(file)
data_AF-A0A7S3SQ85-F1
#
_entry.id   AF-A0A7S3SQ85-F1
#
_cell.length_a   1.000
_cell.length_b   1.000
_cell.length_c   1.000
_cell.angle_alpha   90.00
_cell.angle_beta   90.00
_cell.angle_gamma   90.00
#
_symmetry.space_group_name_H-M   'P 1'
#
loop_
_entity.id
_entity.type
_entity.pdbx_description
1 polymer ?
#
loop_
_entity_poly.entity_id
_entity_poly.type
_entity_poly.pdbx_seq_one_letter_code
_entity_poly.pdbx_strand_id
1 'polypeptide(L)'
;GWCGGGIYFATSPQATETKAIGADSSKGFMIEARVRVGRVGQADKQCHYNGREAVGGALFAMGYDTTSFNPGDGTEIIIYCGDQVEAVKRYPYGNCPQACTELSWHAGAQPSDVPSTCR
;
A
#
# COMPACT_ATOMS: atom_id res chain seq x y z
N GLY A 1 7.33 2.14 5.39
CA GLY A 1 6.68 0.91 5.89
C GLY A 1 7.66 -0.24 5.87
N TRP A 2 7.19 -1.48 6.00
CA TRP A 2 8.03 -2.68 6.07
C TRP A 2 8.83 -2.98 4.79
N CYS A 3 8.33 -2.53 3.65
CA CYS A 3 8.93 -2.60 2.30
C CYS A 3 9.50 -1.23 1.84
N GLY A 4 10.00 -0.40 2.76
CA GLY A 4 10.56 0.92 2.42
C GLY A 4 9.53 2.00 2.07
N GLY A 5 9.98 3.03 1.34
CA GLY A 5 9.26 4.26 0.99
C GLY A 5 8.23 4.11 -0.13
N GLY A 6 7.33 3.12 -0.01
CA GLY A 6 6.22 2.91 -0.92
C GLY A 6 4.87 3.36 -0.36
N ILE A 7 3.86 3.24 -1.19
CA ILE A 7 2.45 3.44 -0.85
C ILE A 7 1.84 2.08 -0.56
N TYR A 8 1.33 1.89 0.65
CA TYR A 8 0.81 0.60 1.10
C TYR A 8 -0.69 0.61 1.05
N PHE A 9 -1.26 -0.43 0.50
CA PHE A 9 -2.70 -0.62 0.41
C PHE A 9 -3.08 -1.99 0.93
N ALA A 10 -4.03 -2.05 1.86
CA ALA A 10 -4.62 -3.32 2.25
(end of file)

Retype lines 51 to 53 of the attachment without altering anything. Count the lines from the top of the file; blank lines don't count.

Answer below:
C ILE A 7 1.84 2.08 -0.56
N TYR A 8 1.33 1.89 0.65
CA TYR A 8 0.81 0.60 1.10